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The decision makes Bristol-Myers Squibb’s therapy the first PD-1 checkpoint inhibitor approved in Europe.
The European Commission approved Opdivo (nivolumab) on July 20, 2015 for the treatment of locally advanced or metastatic squamous (SQ) non-small cell lung cancer (NSCLC) after prior chemotherapy.
The approval was largely based on the trial results of CheckMate -017 and -063. In the Phase III CheckMate -017 study, Opdivo demonstrated superior clinical benefit across all endpoints versus docetaxel, the current standard of care. Opdivo demonstrated a 41% reduction in the risk of death and an overall survival rate that was significantly superior to docetaxel (42% and 24%, respectively). In the Phase II CheckMate -063 study, nivolumab showed an estimated 41% one-year survival rate and a median overall survival rate of 8.2 months.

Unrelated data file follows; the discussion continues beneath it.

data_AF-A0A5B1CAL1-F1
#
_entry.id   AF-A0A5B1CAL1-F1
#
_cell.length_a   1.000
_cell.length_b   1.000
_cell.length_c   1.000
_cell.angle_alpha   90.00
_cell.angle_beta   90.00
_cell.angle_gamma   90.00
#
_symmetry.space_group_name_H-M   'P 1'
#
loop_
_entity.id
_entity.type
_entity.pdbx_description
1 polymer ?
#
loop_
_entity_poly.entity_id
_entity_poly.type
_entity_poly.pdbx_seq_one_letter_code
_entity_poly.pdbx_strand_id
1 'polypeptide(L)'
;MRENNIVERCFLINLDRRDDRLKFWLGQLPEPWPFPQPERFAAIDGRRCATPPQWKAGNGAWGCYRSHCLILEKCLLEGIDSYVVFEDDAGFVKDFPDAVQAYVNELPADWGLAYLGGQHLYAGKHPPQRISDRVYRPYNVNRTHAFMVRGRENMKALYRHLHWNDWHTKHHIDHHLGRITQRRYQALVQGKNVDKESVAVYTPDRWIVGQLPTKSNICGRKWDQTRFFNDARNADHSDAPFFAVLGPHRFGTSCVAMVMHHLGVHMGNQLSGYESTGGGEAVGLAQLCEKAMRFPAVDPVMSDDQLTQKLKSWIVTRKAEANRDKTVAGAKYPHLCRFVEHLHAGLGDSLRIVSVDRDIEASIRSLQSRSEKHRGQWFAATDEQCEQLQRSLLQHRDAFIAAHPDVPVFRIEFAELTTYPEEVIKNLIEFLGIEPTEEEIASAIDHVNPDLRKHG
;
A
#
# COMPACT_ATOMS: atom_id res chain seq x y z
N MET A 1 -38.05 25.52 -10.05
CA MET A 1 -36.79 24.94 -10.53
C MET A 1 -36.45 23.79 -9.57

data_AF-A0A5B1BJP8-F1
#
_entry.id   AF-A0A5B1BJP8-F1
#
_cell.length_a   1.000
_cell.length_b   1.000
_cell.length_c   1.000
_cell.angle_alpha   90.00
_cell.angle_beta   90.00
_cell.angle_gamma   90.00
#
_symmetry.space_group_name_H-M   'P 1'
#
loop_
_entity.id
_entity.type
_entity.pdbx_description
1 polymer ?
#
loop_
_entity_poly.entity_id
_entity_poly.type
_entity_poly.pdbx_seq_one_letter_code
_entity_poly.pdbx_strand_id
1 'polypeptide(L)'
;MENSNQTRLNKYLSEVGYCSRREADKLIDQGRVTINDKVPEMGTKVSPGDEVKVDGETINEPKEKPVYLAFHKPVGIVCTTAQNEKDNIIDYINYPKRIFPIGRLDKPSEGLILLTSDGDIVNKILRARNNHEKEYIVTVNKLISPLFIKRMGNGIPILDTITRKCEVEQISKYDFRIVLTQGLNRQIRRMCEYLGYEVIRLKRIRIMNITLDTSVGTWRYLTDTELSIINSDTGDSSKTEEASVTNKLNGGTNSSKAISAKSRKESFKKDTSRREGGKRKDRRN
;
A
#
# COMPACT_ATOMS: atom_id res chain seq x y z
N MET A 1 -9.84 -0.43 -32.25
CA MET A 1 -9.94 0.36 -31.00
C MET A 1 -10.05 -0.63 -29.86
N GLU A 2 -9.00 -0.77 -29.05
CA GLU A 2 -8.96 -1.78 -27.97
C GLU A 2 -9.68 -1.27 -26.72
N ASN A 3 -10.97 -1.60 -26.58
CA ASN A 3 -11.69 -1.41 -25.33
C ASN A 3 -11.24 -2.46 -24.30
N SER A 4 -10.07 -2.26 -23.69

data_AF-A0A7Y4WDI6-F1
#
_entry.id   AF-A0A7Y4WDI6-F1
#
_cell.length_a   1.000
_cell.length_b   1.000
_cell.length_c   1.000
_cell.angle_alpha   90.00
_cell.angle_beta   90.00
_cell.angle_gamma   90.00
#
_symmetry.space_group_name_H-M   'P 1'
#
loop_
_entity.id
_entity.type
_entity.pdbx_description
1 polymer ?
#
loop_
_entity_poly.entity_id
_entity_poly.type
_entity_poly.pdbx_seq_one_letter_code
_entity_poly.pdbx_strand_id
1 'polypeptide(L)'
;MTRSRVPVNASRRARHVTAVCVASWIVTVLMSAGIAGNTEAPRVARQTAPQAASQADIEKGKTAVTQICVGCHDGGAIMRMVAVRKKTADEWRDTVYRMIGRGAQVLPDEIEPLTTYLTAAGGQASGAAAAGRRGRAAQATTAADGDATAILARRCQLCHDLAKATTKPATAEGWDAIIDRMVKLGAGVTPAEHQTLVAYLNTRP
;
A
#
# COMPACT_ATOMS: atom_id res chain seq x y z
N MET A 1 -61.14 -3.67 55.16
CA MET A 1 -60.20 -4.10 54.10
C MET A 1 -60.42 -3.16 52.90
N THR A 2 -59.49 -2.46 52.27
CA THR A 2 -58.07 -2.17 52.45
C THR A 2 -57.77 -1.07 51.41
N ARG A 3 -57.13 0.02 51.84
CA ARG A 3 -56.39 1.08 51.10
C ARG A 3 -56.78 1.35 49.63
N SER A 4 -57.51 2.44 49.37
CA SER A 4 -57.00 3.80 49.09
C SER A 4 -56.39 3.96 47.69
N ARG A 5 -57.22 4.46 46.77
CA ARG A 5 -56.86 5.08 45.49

“With the EU approval of nivolumab, patients in Europe have for the first time in more than 10 years access to an entirely new treatment modality for advanced squamous non-small cell lung cancer, which has the potential to replace the current standard of care,” said Emmanuel Blin, senior vice-president, head of commercialization, policy and operations at Bristol-Myers Squibb, said in a statement.
Meanwhile, a day prior to the drug’s approval in the EU, another trial testing Opdivo for the treatment of renal cell carcinoma was stopped early after it demonstrated superior efficacy to everolimus. Investigators involved with CheckMate -025, a Phase III trial, ended the comparative arm of the study because they determined Opdivo demonstrated a clear survival advantage.
Source: Bristol-Myers Squibb